World Oceans Day is June 8th
Contact: Outer Banks Group, 252-475-9034
National Park Service Outer Banks Group Superintendent Barclay Trimble invites the public to experience the great ocean resources at Cape Hatteras National Seashore on Sunday, June 8, 2014 in celebration of World Oceans Day. First recognized by the United Nations in 2008, World Oceans Day is designated as a special day for people around the globe to celebrate ocean resources.
World Oceans Day programs are free and do not require reservations:
·9:00 a.m.-11:00 a.m., Hatteras Island: Our Ocean - Explore the wild side of our ocean at an interactive discovery table. Join a ranger to touch turtle shells, whale bones and much more as you discover how life in our ocean is tied to our lives on land. Meet just outside the Cape Hatteras Lighthouse Visitor Center.
·11:00 a.m., Ocracoke Island: Barrier Island Nature (30 min) - Discover more about the plants, animals, and shifting sands of the Outer Banks. Meet at the Ocracoke Visitor Center.
·2:30 p.m., Bodie Island: The Ocean and the Next Generation (1 hour) - Join a ranger for an afternoon walk along the beach and learn about the future role of our oceans in providing food, recreational opportunities, and critical habitat for endangered species. Find local marine life and discover their roles in the surrounding ocean ecosystem of Cape Hatteras National Seashore. Bring sunscreen, water, bug spray, and a hat. Meet at the Coquina Beach parking lot.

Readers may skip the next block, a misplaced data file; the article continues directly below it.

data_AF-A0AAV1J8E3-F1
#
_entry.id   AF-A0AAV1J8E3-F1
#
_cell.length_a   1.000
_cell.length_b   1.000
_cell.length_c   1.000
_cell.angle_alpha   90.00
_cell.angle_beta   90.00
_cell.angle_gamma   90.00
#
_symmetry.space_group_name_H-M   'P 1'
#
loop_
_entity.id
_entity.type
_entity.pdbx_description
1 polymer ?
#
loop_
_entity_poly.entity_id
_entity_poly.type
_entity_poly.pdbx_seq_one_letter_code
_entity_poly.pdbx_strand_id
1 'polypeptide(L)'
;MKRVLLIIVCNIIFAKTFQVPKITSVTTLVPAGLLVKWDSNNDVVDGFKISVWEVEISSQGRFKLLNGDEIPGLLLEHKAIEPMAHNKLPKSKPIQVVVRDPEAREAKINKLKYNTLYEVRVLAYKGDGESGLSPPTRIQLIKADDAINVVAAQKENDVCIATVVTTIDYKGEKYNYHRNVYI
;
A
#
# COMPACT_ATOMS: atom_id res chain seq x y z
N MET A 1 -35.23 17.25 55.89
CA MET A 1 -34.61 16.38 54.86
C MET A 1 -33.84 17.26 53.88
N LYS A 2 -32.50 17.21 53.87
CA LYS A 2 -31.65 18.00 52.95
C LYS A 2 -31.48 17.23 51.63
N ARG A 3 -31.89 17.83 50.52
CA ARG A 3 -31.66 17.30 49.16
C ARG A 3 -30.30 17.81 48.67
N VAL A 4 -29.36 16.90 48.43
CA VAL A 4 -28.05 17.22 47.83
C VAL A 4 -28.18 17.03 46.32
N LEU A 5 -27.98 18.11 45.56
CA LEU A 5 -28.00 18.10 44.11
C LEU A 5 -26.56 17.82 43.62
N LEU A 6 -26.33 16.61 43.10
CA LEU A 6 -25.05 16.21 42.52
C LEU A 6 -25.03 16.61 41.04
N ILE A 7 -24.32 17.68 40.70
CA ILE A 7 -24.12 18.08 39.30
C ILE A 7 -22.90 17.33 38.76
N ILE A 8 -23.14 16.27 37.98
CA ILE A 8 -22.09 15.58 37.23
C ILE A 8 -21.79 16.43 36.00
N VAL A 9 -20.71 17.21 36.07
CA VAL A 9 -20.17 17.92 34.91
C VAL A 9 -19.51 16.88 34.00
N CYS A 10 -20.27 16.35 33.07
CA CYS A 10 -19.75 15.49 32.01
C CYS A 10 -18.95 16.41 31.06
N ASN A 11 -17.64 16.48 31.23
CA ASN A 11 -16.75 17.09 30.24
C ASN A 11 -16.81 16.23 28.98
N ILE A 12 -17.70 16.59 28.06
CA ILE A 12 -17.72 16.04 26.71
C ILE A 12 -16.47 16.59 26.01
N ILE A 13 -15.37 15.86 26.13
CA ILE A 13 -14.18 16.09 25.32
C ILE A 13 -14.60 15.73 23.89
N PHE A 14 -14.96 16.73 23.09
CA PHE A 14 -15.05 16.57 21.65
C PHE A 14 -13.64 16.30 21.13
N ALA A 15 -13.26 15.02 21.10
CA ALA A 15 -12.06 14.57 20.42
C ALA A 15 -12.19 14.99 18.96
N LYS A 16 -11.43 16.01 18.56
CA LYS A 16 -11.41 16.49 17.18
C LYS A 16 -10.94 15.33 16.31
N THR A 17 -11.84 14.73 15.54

·3:00 p.m., Hatteras Island: Ocean Discovery Walk (1 hour) - Join a ranger for a walk to the beach and discover the nature of the ocean. Learn about oceanography, coastal geology, and the key roles our oceans play in sustaining life on earth. Bring sunscreen, water, and a hat. Meet at the Cape Hatteras Lighthouse Pavilion.
Did You Know?
The Cape Hatteras Lighthouse is the tallest brick structure ever moved. When it was built in 1870, it stood 1,500 feet from the shore. By 1999, the lighthouse was within 100 feet of the ocean. To protect it from the encroaching sea, it was moved inland a total of 2,900 feet over a 23-day period.